By Pita Ligaiula at COP28 in Dubai, UAE

As COP28 nears conclusion, former Palau Ambassador and Permanent Representative to the United Nations, Olai Uludong, stresses the importance of returning to the original purpose of mitigating greenhouse gas emissions on Monday.”

“We must not forget that originally this convention was created on the premise to mitigate greenhouse gas. While there are many actors here, there’s equally more pavilion, more side events that I’ve never seen since I’ve started. On one side, maybe it’s a good thing everybody is here. On the other hand, the worry is that there can be a lot of distraction from the original intention of what we need to achieve,” said Uludong.

Expressing concerns about potential distractions, Uludong observed an influx of Pacific delegations and emphasised the importance of relevance in addressing the climate crisis.

“As small developing countries, in order to be relevant in the game, you cannot just come here. You do have to come here, but I always encourage when you do come here, be relevant and keep to that mandate.”

“So, I found it interesting that I’ve seen so many Pacific delegations, some coming in with over a hundred, which is more than any Pacific group that’s coming,” she said.

Uludong urged small developing countries to be pragmatic and stay true to their mandate.

“Now we finish with the technical bit; this is a political game where we start being realistic, being pragmatic on where we are going right now. So, on Sunday, the COP president convened the Majilis,” she said in a media briefing in Dubai

Uludong explained the significance of the Majilis, an assembly of traditional elders in Arab tradition, called by the COP president.

“When Fiji was the COP23 President and they called the Talanoa, it meant that there were issues that needed to be addressed, and you cannot do it at the technical level. Now we need the relevant political players to be in the room to have an honest conversation beyond the technical, about the pragmatic politics being played, the reality, and so we saw that,” she said.

She highlighted its role in addressing issues that require a political push focusing on mitigation ambition and action.

“Once you see the host convening this kind of gathering at the tail end, it means that the issues that can never be solved now need political push.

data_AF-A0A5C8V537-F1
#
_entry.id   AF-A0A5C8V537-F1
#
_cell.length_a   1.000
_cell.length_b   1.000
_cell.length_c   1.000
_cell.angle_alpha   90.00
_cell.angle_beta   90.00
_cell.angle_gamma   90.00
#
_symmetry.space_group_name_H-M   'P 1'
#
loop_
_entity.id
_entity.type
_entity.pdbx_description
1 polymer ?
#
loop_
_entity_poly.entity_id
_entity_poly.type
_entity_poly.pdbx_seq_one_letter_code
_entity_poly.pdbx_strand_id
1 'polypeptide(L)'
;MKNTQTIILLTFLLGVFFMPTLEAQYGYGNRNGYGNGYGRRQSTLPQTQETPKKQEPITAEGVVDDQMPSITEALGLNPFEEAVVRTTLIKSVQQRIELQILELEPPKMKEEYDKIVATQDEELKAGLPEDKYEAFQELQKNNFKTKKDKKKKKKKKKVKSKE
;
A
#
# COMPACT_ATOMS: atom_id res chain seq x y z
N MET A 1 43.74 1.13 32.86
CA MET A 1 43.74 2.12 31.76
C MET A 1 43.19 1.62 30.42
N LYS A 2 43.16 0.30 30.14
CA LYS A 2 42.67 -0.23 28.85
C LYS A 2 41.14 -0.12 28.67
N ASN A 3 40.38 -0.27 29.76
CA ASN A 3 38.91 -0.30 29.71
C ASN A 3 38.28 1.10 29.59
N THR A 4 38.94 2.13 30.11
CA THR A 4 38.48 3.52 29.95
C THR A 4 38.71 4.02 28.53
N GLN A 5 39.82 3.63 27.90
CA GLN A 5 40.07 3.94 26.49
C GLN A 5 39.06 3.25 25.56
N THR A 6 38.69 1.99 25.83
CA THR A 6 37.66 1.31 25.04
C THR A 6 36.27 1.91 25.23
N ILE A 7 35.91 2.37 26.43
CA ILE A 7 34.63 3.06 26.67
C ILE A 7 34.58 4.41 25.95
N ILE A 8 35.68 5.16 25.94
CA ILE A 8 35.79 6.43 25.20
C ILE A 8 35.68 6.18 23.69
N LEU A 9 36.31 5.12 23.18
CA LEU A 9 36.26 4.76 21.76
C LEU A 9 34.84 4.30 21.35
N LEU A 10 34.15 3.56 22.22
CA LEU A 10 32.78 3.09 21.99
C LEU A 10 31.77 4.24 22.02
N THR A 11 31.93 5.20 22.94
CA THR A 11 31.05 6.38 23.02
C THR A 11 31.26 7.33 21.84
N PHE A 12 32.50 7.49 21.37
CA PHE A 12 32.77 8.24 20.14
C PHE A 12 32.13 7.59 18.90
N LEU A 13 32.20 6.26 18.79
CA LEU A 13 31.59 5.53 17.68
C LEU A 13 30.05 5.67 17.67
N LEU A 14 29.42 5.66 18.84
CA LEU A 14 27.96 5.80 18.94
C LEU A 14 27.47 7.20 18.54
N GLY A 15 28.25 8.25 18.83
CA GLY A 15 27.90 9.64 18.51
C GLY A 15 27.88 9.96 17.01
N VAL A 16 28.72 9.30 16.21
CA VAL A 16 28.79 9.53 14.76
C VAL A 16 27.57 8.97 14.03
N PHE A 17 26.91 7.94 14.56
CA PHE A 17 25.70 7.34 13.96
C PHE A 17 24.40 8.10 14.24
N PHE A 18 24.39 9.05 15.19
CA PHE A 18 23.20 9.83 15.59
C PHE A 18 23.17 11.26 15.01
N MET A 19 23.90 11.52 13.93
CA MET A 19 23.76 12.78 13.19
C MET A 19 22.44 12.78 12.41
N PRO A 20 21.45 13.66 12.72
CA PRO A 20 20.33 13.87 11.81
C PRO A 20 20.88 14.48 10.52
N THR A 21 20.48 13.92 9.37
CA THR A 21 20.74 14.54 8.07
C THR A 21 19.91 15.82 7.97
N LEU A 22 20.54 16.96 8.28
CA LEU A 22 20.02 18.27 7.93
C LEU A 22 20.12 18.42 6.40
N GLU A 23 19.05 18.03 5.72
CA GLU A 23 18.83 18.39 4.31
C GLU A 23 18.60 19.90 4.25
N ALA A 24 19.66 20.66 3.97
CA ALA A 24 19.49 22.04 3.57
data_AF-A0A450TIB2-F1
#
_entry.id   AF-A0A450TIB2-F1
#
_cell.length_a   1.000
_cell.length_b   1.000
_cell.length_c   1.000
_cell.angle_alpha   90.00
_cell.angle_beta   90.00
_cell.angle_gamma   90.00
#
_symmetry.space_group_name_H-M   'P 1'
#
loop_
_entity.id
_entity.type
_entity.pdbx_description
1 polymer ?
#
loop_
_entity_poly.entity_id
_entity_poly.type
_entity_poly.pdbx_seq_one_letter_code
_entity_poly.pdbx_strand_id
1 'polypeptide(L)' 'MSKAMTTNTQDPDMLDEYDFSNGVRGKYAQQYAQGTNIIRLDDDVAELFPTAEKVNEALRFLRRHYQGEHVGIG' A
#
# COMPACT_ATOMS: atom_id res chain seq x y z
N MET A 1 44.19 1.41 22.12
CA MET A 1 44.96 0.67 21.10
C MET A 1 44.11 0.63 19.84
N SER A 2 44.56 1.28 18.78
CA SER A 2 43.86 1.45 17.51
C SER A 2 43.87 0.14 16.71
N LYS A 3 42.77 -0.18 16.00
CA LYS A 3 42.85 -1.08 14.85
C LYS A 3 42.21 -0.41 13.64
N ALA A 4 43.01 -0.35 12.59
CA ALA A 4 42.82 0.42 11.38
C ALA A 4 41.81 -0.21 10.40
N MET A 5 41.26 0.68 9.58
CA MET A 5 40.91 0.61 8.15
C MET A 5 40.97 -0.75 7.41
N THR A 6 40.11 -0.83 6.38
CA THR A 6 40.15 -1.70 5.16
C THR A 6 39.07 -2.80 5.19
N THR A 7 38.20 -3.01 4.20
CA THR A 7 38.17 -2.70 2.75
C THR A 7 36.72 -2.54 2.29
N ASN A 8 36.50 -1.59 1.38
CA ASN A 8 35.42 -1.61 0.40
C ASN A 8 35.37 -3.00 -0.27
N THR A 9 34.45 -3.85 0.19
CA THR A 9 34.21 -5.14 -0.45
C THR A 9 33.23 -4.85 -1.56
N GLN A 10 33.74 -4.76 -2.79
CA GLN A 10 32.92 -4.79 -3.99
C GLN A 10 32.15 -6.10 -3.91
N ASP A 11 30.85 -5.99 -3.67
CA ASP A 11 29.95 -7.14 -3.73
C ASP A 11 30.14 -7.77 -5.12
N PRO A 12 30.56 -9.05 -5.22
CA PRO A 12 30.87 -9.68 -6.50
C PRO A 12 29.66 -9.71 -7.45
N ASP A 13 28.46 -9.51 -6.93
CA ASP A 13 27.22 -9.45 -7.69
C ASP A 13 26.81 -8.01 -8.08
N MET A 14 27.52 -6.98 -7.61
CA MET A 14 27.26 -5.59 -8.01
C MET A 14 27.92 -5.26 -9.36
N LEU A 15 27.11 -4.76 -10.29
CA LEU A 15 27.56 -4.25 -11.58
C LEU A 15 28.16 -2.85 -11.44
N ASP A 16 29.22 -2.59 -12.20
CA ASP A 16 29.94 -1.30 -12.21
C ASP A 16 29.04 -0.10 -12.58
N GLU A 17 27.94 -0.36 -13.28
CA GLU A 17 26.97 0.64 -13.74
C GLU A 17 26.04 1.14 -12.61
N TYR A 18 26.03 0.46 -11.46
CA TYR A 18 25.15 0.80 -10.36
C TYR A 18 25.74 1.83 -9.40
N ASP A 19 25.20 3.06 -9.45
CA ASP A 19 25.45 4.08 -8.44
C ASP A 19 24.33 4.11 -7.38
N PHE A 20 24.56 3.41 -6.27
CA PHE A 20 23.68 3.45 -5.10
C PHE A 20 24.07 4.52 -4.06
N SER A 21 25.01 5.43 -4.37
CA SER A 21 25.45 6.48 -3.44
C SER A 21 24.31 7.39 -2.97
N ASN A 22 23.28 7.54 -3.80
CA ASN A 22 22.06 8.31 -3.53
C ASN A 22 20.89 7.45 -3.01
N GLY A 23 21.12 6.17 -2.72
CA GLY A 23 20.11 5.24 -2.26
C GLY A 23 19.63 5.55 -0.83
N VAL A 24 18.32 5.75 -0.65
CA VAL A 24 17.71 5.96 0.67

“The heart of the convention and the protocol before the Paris Agreement was really on mitigation. Right now, the biggest issue that needs to be ironed out that is holding the hostage against each other is really about mitigation ambition and action, but overall the heart of it is the economics; this is about finance,” said Uludong.

Acknowledging the COP president’s agreement on Loss and Damage on the first day, Uludong expressed hope for addressing mitigation challenges and the economic aspects of climate action.

“The Majilis has to, like a word added to it, and he called it we need to be the change-maker to unite and act and deliver. I have hope. I’ve been in the process for a long time, and this is a party-driven process. We all have to agree to disagree,” she said.

Optimistic about the host’s efforts, Uludong recognised challenges faced by oil-based economies and Ocean economies like Palau and the need for a collective landing point.

“As for SIDS, when we come to these spaces, we equally have to carry our own weight because we not only want the global world to mitigate because we’re feeling the impact. If we mitigate now, we adapt later. We’re already adapting. I’m optimistic that the host is really trying. They do have their challenges.

Uludong emphasised the progress on Loss and Damage and the ongoing efforts to secure the necessary finance to address climate challenges.

She highlighted the pressing issue of mitigating global warming below 1.5 degrees and expressed hope for a comprehensive agreement.

“Now we have the biggest elephant in the room, which is the heart of the Paris Agreement, which is the mitigation well below 1.5 and not overshoot 2 degrees, and hopefully, we can have a package we can agree on,” she said.